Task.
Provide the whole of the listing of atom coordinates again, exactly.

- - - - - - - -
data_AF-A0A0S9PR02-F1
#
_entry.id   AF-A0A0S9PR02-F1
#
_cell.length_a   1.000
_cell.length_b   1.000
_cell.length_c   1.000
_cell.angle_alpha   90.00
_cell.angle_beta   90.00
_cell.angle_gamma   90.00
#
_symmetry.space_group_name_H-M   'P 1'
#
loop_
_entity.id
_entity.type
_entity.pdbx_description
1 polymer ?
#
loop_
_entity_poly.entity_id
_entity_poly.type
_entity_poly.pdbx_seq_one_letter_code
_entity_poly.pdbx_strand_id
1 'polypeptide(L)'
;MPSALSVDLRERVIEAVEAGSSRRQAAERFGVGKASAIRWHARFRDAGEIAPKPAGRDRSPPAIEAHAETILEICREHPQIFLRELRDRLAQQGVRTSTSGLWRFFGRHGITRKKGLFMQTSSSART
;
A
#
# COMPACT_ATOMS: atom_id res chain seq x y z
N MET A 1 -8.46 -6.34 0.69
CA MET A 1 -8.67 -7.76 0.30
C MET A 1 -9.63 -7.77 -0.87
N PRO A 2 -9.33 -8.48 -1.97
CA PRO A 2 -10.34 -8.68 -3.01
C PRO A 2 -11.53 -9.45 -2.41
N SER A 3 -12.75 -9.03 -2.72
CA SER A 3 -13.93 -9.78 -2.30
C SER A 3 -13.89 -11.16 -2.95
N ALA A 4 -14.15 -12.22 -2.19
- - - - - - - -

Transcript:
data_AF-A0A0S9PR02-F1
#
_entry.id   AF-A0A0S9PR02-F1
#
_cell.length_a   1.000
_cell.length_b   1.000
_cell.length_c   1.000
_cell.angle_alpha   90.00
_cell.angle_beta   90.00
_cell.angle_gamma   90.00
#
_symmetry.space_group_name_H-M   'P 1'
#
loop_
_entity.id
_entity.type
_entity.pdbx_description
1 polymer ?
#
loop_
_entity_poly.entity_id
_entity_poly.type
_entity_poly.pdbx_seq_one_letter_code
_entity_poly.pdbx_strand_id
1 'polypeptide(L)'
;MPSALSVDLRERVIEAVEAGSSRRQAAERFGVGKASAIRWHARFRDAGEIAPKPAGRDRSPPAIEAHAETILEICREHPQIFLRELRDRLAQQGVRTSTSGLWRFFGRHGITRKKGLFMQTSSSART
;
A
#
# COMPACT_ATOMS: atom_id res chain seq x y z
N MET A 1 -8.46 -6.34 0.69
CA MET A 1 -8.67 -7.76 0.30
C MET A 1 -9.63 -7.77 -0.87
N PRO A 2 -9.33 -8.48 -1.97
CA PRO A 2 -10.34 -8.68 -3.01
C PRO A 2 -11.53 -9.45 -2.41
N SER A 3 -12.75 -9.03 -2.72
CA SER A 3 -13.93 -9.78 -2.30
C SER A 3 -13.89 -11.16 -2.95
N ALA A 4 -14.15 -12.22 -2.19